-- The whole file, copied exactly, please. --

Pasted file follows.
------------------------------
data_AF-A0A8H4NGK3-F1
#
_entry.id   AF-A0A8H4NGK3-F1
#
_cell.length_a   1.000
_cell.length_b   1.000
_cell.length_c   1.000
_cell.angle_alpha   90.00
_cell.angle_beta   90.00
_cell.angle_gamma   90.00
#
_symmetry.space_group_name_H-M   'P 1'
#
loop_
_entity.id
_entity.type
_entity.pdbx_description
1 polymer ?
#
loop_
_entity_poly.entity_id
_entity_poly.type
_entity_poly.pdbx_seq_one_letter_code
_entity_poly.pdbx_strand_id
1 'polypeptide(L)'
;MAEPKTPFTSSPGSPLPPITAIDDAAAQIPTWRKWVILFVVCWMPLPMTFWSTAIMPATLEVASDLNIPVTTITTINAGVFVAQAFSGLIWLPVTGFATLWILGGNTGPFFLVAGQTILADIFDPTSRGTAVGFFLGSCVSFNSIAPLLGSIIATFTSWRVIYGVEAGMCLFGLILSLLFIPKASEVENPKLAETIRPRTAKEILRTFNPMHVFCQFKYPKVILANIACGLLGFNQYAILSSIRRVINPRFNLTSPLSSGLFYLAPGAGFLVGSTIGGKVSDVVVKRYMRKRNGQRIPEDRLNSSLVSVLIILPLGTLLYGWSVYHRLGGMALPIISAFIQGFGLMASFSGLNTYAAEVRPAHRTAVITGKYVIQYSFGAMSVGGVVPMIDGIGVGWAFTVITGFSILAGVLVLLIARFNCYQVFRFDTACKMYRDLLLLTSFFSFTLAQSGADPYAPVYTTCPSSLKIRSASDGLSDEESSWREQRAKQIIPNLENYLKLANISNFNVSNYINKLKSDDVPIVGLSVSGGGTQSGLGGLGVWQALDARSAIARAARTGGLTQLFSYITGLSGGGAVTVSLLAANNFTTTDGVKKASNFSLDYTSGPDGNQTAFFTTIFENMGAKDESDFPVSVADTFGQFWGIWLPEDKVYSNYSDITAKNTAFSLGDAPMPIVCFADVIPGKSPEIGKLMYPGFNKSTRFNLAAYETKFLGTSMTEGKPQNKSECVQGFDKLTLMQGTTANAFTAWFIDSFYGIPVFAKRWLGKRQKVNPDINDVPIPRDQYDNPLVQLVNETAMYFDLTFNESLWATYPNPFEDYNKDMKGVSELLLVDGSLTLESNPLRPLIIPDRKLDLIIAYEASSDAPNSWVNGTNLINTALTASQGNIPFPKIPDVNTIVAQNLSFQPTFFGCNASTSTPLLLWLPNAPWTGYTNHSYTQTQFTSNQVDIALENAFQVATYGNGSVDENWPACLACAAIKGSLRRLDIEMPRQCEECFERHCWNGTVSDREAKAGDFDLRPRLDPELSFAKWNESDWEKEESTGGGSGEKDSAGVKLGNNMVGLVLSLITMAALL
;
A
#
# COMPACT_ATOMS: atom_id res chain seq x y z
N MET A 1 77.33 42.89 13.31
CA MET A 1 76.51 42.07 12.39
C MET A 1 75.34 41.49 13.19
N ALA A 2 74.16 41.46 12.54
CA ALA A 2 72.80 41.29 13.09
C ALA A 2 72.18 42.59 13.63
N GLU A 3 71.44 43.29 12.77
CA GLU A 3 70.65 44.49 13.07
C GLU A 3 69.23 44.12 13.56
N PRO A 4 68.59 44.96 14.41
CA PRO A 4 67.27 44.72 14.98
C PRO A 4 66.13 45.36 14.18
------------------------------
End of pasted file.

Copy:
data_AF-A0A8H4NGK3-F1
#
_entry.id   AF-A0A8H4NGK3-F1
#
_cell.length_a   1.000
_cell.length_b   1.000
_cell.length_c   1.000
_cell.angle_alpha   90.00
_cell.angle_beta   90.00
_cell.angle_gamma   90.00
#
_symmetry.space_group_name_H-M   'P 1'
#
loop_
_entity.id
_entity.type
_entity.pdbx_description
1 polymer ?
#
loop_
_entity_poly.entity_id
_entity_poly.type
_entity_poly.pdbx_seq_one_letter_code
_entity_poly.pdbx_strand_id
1 'polypeptide(L)'
;MAEPKTPFTSSPGSPLPPITAIDDAAAQIPTWRKWVILFVVCWMPLPMTFWSTAIMPATLEVASDLNIPVTTITTINAGVFVAQAFSGLIWLPVTGFATLWILGGNTGPFFLVAGQTILADIFDPTSRGTAVGFFLGSCVSFNSIAPLLGSIIATFTSWRVIYGVEAGMCLFGLILSLLFIPKASEVENPKLAETIRPRTAKEILRTFNPMHVFCQFKYPKVILANIACGLLGFNQYAILSSIRRVINPRFNLTSPLSSGLFYLAPGAGFLVGSTIGGKVSDVVVKRYMRKRNGQRIPEDRLNSSLVSVLIILPLGTLLYGWSVYHRLGGMALPIISAFIQGFGLMASFSGLNTYAAEVRPAHRTAVITGKYVIQYSFGAMSVGGVVPMIDGIGVGWAFTVITGFSILAGVLVLLIARFNCYQVFRFDTACKMYRDLLLLTSFFSFTLAQSGADPYAPVYTTCPSSLKIRSASDGLSDEESSWREQRAKQIIPNLENYLKLANISNFNVSNYINKLKSDDVPIVGLSVSGGGTQSGLGGLGVWQALDARSAIARAARTGGLTQLFSYITGLSGGGAVTVSLLAANNFTTTDGVKKASNFSLDYTSGPDGNQTAFFTTIFENMGAKDESDFPVSVADTFGQFWGIWLPEDKVYSNYSDITAKNTAFSLGDAPMPIVCFADVIPGKSPEIGKLMYPGFNKSTRFNLAAYETKFLGTSMTEGKPQNKSECVQGFDKLTLMQGTTANAFTAWFIDSFYGIPVFAKRWLGKRQKVNPDINDVPIPRDQYDNPLVQLVNETAMYFDLTFNESLWATYPNPFEDYNKDMKGVSELLLVDGSLTLESNPLRPLIIPDRKLDLIIAYEASSDAPNSWVNGTNLINTALTASQGNIPFPKIPDVNTIVAQNLSFQPTFFGCNASTSTPLLLWLPNAPWTGYTNHSYTQTQFTSNQVDIALENAFQVATYGNGSVDENWPACLACAAIKGSLRRLDIEMPRQCEECFERHCWNGTVSDREAKAGDFDLRPRLDPELSFAKWNESDWEKEESTGGGSGEKDSAGVKLGNNMVGLVLSLITMAALL
;
A
#
# COMPACT_ATOMS: atom_id res chain seq x y z
N MET A 1 77.33 42.89 13.31
CA MET A 1 76.51 42.07 12.39
C MET A 1 75.34 41.49 13.19
N ALA A 2 74.16 41.46 12.54
CA ALA A 2 72.80 41.29 13.09
C ALA A 2 72.18 42.59 13.63
N GLU A 3 71.44 43.29 12.77
CA GLU A 3 70.65 44.49 13.07
C GLU A 3 69.23 44.12 13.56
N PRO A 4 68.59 44.96 14.41
CA PRO A 4 67.27 44.72 14.98
C PRO A 4 66.13 45.36 14.18